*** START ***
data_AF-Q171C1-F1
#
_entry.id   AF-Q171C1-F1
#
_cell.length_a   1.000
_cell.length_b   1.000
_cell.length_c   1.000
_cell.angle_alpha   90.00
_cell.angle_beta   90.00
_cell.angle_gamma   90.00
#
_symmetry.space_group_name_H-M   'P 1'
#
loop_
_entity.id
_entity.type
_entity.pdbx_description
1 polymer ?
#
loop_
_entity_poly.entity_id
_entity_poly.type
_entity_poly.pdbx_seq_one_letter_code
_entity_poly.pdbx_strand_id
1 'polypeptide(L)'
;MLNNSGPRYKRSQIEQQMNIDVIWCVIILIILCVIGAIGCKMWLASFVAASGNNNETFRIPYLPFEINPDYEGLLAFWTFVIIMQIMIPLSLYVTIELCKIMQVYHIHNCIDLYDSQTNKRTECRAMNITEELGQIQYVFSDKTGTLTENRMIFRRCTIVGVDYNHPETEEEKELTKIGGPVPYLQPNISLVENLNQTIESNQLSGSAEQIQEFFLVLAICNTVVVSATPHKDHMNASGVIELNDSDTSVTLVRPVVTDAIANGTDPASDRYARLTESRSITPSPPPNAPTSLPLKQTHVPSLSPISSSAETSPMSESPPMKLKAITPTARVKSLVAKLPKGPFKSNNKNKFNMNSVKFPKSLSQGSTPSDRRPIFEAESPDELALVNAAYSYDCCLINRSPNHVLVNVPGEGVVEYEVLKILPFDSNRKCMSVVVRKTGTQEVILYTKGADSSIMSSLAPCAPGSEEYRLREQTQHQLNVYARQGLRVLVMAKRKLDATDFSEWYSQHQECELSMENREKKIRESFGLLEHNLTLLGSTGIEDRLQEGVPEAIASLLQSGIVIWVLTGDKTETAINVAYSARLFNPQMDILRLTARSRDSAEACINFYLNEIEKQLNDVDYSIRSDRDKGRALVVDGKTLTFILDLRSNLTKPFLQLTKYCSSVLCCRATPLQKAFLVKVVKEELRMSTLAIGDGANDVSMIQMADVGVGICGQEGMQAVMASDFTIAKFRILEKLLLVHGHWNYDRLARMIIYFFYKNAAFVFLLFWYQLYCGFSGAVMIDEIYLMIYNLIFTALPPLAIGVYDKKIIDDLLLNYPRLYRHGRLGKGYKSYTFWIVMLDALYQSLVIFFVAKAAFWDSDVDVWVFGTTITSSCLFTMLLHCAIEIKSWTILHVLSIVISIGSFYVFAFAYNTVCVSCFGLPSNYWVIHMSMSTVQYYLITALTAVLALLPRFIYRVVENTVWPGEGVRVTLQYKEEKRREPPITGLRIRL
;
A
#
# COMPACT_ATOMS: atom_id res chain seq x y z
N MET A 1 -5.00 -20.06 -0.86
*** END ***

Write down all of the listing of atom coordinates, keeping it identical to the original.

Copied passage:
data_AF-Q171C1-F1
#
_entry.id   AF-Q171C1-F1
#
_cell.length_a   1.000
_cell.length_b   1.000
_cell.length_c   1.000
_cell.angle_alpha   90.00
_cell.angle_beta   90.00
_cell.angle_gamma   90.00
#
_symmetry.space_group_name_H-M   'P 1'
#
loop_
_entity.id
_entity.type
_entity.pdbx_description
1 polymer ?
#
loop_
_entity_poly.entity_id
_entity_poly.type
_entity_poly.pdbx_seq_one_letter_code
_entity_poly.pdbx_strand_id
1 'polypeptide(L)'
;MLNNSGPRYKRSQIEQQMNIDVIWCVIILIILCVIGAIGCKMWLASFVAASGNNNETFRIPYLPFEINPDYEGLLAFWTFVIIMQIMIPLSLYVTIELCKIMQVYHIHNCIDLYDSQTNKRTECRAMNITEELGQIQYVFSDKTGTLTENRMIFRRCTIVGVDYNHPETEEEKELTKIGGPVPYLQPNISLVENLNQTIESNQLSGSAEQIQEFFLVLAICNTVVVSATPHKDHMNASGVIELNDSDTSVTLVRPVVTDAIANGTDPASDRYARLTESRSITPSPPPNAPTSLPLKQTHVPSLSPISSSAETSPMSESPPMKLKAITPTARVKSLVAKLPKGPFKSNNKNKFNMNSVKFPKSLSQGSTPSDRRPIFEAESPDELALVNAAYSYDCCLINRSPNHVLVNVPGEGVVEYEVLKILPFDSNRKCMSVVVRKTGTQEVILYTKGADSSIMSSLAPCAPGSEEYRLREQTQHQLNVYARQGLRVLVMAKRKLDATDFSEWYSQHQECELSMENREKKIRESFGLLEHNLTLLGSTGIEDRLQEGVPEAIASLLQSGIVIWVLTGDKTETAINVAYSARLFNPQMDILRLTARSRDSAEACINFYLNEIEKQLNDVDYSIRSDRDKGRALVVDGKTLTFILDLRSNLTKPFLQLTKYCSSVLCCRATPLQKAFLVKVVKEELRMSTLAIGDGANDVSMIQMADVGVGICGQEGMQAVMASDFTIAKFRILEKLLLVHGHWNYDRLARMIIYFFYKNAAFVFLLFWYQLYCGFSGAVMIDEIYLMIYNLIFTALPPLAIGVYDKKIIDDLLLNYPRLYRHGRLGKGYKSYTFWIVMLDALYQSLVIFFVAKAAFWDSDVDVWVFGTTITSSCLFTMLLHCAIEIKSWTILHVLSIVISIGSFYVFAFAYNTVCVSCFGLPSNYWVIHMSMSTVQYYLITALTAVLALLPRFIYRVVENTVWPGEGVRVTLQYKEEKRREPPITGLRIRL
;
A
#
# COMPACT_ATOMS: atom_id res chain seq x y z
N MET A 1 -5.00 -20.06 -0.86